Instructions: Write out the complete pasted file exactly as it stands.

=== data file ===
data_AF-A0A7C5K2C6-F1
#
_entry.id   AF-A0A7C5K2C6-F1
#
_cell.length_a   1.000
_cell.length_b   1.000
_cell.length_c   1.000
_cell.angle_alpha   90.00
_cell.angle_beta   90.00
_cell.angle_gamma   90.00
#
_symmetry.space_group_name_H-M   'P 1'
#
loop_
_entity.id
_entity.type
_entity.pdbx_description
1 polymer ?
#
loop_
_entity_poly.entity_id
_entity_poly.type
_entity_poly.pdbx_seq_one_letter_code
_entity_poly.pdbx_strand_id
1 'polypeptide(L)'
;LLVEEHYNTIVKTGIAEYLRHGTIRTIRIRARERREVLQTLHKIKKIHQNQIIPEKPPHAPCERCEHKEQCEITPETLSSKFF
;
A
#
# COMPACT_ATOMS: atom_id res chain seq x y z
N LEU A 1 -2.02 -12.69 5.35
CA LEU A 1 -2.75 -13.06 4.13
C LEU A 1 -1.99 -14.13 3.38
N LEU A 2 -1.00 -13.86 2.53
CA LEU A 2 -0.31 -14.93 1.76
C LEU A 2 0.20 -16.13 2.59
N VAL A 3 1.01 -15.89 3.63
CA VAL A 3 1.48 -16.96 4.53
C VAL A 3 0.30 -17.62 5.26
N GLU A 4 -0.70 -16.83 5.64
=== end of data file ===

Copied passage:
data_AF-A0A7C5K2C6-F1
#
_entry.id   AF-A0A7C5K2C6-F1
#
_cell.length_a   1.000
_cell.length_b   1.000
_cell.length_c   1.000
_cell.angle_alpha   90.00
_cell.angle_beta   90.00
_cell.angle_gamma   90.00
#
_symmetry.space_group_name_H-M   'P 1'
#
loop_
_entity.id
_entity.type
_entity.pdbx_description
1 polymer ?
#
loop_
_entity_poly.entity_id
_entity_poly.type
_entity_poly.pdbx_seq_one_letter_code
_entity_poly.pdbx_strand_id
1 'polypeptide(L)'
;LLVEEHYNTIVKTGIAEYLRHGTIRTIRIRARERREVLQTLHKIKKIHQNQIIPEKPPHAPCERCEHKEQCEITPETLSSKFF
;
A
#
# COMPACT_ATOMS: atom_id res chain seq x y z
N LEU A 1 -2.02 -12.69 5.35
CA LEU A 1 -2.75 -13.06 4.13
C LEU A 1 -1.99 -14.13 3.38
N LEU A 2 -1.00 -13.86 2.53
CA LEU A 2 -0.31 -14.93 1.76
C LEU A 2 0.20 -16.13 2.59
N VAL A 3 1.01 -15.89 3.63
CA VAL A 3 1.48 -16.96 4.53
C VAL A 3 0.30 -17.62 5.26
N GLU A 4 -0.70 -16.83 5.64